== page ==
There have been times in my life where I've enjoyed kissing and cuddling. I'm sure many of you can think of times you've enjoyed canoodling on the couch. Especially in these colder months.

Now I'm reminiscing in my ivory tower, I wonder what the origin of the word canoodle is. Etymonline and Oxford Online Dictionaries both say "origin unknown".

Does anyone know where the word comes from?

  • It sounds like it could be a portmanteau of two or three words. Eg. Ca jole, noo kie, cud dle, but that's purely speculative. Commented Dec 31, 2012 at 20:16
  • @spiceyokooko Earliest OED citation: 1859 Sala Tw. round Clock 11 a.m., ― A sly kiss, and a squeeze, and a pressure of the foot or so, and a variety of harmless endearing blandishments, known to our American cousins··under the generic name of ‘conoodling’.
    – tchrist
    Commented Dec 31, 2012 at 20:41
  • Related: Etymology and meaning of the word “snog”. This would be a good link to add to the question.
    – MetaEd
    Commented Dec 31, 2012 at 20:52
  • Noodling surely was informed by this word.
    – ipso
    Commented Jan 1, 2013 at 8:46
  • @ipso Does “informed” mean “shaped” there? If not, I wonder what it means, and if so, I wonder when people started using it in this strange way instead of using the simpler word. Is it a recent trend?
    – tchrist
    Commented Feb 9, 2013 at 13:44

5 Answers 5


Webster's claims that canoodle comes from the German knudeln:

Ger knudeln, to cuddle < or akin to LowG knuddel, a knot, clump, dim. of dial. knude; akin to OHG knodo, OE cnotta, knot

Wiktionary claims “origin unknown”, but it offers two possible origins:

Origin Unknown; compare Swedish knulla (“to fornicate”), German knuddeln (“to cuddle”)

Its earliest use is from a British source in 1859, claiming that the word is American, per the Etymonline link provided by OP.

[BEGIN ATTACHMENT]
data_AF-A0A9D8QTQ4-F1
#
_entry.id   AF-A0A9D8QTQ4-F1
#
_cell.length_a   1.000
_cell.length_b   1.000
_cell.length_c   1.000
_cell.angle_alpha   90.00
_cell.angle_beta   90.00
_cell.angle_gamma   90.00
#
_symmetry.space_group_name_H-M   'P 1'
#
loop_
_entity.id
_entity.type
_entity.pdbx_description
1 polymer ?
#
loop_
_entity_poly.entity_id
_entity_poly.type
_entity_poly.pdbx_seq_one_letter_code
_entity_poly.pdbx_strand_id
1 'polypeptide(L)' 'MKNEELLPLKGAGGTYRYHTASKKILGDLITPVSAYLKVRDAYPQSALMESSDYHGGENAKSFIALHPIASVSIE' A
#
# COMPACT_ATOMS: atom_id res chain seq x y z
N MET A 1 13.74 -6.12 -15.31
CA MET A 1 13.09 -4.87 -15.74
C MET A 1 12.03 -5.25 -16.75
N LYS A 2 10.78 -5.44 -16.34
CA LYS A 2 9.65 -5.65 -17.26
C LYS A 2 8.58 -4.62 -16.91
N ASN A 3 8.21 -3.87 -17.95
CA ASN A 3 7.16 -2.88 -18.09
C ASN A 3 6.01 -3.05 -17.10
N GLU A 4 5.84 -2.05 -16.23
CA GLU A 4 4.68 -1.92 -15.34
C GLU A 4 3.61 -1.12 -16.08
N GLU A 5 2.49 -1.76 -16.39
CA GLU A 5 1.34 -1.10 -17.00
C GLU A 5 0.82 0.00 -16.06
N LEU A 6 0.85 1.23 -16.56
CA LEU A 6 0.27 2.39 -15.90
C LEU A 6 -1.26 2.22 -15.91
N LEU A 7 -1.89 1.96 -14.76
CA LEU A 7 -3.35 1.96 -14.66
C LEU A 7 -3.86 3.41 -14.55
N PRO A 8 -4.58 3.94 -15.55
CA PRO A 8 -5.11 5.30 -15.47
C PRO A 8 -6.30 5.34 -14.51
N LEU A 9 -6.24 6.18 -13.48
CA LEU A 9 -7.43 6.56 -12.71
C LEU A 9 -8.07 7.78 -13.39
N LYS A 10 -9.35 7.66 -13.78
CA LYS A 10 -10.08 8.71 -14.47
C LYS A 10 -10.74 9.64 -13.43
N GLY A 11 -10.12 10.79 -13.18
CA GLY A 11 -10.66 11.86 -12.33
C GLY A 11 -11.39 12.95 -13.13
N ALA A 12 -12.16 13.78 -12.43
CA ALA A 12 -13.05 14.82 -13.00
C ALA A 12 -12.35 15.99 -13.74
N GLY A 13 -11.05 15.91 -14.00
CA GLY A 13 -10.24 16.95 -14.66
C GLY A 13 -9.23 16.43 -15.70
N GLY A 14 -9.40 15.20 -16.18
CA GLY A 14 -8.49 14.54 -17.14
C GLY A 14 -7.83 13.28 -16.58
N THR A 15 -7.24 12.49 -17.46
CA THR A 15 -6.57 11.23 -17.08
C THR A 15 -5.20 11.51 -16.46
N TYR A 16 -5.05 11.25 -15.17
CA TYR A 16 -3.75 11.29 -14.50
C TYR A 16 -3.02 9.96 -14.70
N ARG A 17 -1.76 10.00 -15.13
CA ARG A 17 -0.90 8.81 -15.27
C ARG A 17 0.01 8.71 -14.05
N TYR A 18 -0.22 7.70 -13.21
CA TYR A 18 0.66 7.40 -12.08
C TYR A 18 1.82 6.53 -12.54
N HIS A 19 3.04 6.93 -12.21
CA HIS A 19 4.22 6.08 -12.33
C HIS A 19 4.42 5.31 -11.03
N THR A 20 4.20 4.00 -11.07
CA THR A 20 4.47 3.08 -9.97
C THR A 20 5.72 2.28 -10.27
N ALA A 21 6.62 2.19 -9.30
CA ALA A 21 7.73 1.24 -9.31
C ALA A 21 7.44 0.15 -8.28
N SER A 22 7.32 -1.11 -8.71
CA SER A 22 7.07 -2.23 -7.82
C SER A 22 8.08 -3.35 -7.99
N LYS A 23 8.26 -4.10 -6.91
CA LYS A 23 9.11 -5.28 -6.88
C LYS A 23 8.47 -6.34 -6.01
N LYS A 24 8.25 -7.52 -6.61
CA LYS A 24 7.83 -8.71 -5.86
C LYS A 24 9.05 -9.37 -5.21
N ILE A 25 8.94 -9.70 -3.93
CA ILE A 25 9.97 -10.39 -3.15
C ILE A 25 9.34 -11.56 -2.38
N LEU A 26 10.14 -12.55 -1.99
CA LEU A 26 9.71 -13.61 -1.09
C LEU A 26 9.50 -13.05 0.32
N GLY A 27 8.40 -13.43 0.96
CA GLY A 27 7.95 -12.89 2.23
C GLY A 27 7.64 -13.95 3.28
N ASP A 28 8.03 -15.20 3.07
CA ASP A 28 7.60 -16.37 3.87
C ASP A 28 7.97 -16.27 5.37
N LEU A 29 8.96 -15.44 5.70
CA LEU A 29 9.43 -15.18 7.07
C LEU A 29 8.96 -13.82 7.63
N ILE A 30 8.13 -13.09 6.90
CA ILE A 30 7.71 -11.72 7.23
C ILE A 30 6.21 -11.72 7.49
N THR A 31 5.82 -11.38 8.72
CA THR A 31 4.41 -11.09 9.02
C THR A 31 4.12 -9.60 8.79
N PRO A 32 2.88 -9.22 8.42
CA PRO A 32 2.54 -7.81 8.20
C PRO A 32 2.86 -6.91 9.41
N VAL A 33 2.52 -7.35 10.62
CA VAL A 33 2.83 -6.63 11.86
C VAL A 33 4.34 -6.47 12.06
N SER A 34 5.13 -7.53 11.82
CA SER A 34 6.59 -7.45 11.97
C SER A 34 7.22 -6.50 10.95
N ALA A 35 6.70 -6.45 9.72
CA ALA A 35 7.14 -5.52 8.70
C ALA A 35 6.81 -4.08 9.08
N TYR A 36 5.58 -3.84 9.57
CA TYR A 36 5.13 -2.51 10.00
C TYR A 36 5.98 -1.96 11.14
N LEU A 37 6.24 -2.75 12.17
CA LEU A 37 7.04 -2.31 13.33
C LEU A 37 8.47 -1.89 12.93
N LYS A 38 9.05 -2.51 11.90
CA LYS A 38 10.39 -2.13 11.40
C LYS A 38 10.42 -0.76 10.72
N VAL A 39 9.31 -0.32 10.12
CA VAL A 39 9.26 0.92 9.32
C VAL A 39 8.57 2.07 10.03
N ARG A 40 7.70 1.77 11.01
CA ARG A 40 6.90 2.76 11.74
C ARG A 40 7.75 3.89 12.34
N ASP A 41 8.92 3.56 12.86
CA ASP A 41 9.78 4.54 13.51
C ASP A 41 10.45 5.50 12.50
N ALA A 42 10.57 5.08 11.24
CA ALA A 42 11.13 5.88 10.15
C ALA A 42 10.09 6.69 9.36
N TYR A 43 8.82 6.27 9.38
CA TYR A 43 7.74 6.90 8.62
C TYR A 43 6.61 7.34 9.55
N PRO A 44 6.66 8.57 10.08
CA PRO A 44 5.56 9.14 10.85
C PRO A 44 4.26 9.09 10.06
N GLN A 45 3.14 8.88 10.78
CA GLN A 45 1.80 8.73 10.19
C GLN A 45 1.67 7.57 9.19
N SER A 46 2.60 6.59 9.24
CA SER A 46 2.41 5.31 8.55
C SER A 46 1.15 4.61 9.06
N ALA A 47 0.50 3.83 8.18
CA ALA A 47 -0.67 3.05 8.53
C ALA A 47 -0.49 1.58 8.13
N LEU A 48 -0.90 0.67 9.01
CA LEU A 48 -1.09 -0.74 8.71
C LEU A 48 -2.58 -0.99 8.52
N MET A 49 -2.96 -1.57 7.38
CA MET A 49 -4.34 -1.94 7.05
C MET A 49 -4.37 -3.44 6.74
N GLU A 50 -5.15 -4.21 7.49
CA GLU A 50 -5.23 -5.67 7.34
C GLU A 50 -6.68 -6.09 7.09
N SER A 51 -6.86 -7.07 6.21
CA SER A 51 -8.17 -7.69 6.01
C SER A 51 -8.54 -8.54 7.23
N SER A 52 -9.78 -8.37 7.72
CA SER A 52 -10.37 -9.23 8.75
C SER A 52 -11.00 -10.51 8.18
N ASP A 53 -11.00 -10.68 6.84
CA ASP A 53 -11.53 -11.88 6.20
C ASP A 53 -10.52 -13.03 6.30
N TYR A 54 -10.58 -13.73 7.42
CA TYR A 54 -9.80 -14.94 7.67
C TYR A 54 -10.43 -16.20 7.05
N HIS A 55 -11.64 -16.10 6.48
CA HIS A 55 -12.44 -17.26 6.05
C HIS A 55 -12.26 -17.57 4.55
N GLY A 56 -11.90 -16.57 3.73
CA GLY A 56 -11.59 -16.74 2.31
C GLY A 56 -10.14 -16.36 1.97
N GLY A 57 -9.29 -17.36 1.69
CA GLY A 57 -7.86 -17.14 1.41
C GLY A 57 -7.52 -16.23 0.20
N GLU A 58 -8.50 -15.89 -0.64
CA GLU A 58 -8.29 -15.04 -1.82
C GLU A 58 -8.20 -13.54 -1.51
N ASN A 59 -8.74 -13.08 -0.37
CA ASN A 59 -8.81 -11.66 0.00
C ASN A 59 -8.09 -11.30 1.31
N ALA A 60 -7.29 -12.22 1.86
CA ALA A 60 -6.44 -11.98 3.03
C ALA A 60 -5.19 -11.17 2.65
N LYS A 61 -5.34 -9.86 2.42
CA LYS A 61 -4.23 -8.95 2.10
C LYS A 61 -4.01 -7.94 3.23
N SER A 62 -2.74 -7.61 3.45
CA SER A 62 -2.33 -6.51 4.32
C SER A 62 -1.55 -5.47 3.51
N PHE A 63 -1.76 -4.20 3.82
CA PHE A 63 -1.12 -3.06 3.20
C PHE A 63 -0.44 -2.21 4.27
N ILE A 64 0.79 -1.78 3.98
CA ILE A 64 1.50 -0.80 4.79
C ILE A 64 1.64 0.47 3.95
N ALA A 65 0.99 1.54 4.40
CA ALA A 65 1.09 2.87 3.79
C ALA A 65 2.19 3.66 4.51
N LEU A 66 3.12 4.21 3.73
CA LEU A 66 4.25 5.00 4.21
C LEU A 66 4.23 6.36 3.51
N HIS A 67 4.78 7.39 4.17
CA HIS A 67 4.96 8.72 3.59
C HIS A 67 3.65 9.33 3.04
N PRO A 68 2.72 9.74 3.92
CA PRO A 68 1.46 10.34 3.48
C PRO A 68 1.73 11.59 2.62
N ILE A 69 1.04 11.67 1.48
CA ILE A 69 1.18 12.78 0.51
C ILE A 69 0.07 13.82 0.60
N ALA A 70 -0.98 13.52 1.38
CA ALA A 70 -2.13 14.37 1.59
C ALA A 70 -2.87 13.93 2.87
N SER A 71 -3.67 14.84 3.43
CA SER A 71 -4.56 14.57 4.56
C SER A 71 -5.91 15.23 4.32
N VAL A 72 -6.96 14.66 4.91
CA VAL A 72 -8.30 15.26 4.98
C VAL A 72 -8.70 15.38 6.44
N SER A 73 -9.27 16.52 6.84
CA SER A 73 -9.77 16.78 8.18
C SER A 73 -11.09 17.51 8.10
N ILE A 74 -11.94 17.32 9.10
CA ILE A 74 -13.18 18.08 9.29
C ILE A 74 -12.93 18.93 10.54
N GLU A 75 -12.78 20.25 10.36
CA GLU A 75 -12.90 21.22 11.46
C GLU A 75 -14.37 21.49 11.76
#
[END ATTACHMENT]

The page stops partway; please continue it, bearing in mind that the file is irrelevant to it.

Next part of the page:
Most other dictionaries claim “unknown origin” as well, many of them agreeing with Etymonline regarding when it was first used, and where.

Considering the large number of resources checked (all 21 links provided by Onelook), we could assume that the origin is, in fact, unknown, as only 2 out of 21 provided alternatives.

However, the possibility of the word having German origin is relatively high—we know that many Germans lived in the United States, since six million Germans immigrated to the United States between 1820 and WWII. On the other hand, this is mere speculation. It is likely safest to say that the origin is, in fact, unknown.


Early definitions

A Dictionary of Slang, Jargon & Cant (1889) by Albert Barrère defines it thus and offers a possible origin:

Canoodle, to (English and Amerito bill can), fondle, pet, dally, and coo.

I meet her in the evening, for she likes to take a walk
At the moment when the moon cavorts above,
And we prattle and canoodle, and of everything we talk.
Except, of course, that naughty topic love.

—Bird o' Freedom.

Possibly from "cannie," gentle.

It may be influenced by the synonym firkytoodle. From the same 1889 dictionary:

Firky toodle (popular), to cuddle or fondle to firk, on the contrary, means to beat, to chastise. In the same way the French caresser, literally to caress, means also to beat.

OED and antedatings

The Oxford English Dictionary defines it:

intr. To indulge in caresses and fondling endearments. Also formerly trans., to persuade by endearments or deception.

The OED has it from 1859, I found a couple of earlier examples. First in a song, "Paddy Loves A Shamrock", published in The Universal Songster, or, Museum of Mirth (1826, 1828, 1829, 1832, 1834, and also in 1830's The Shamrock: A Collection of Irish Songs):

"Paddy Loves A Shamrock"

Together, in a lump,
We the universe would thump,
Should they venture to canoodle
Us, every body knows.

The next is in Currer Lyle: Or, The Stage in Romance, and the Stage in Reality by Louise Reeder (1856, 1857):

Currer Lyle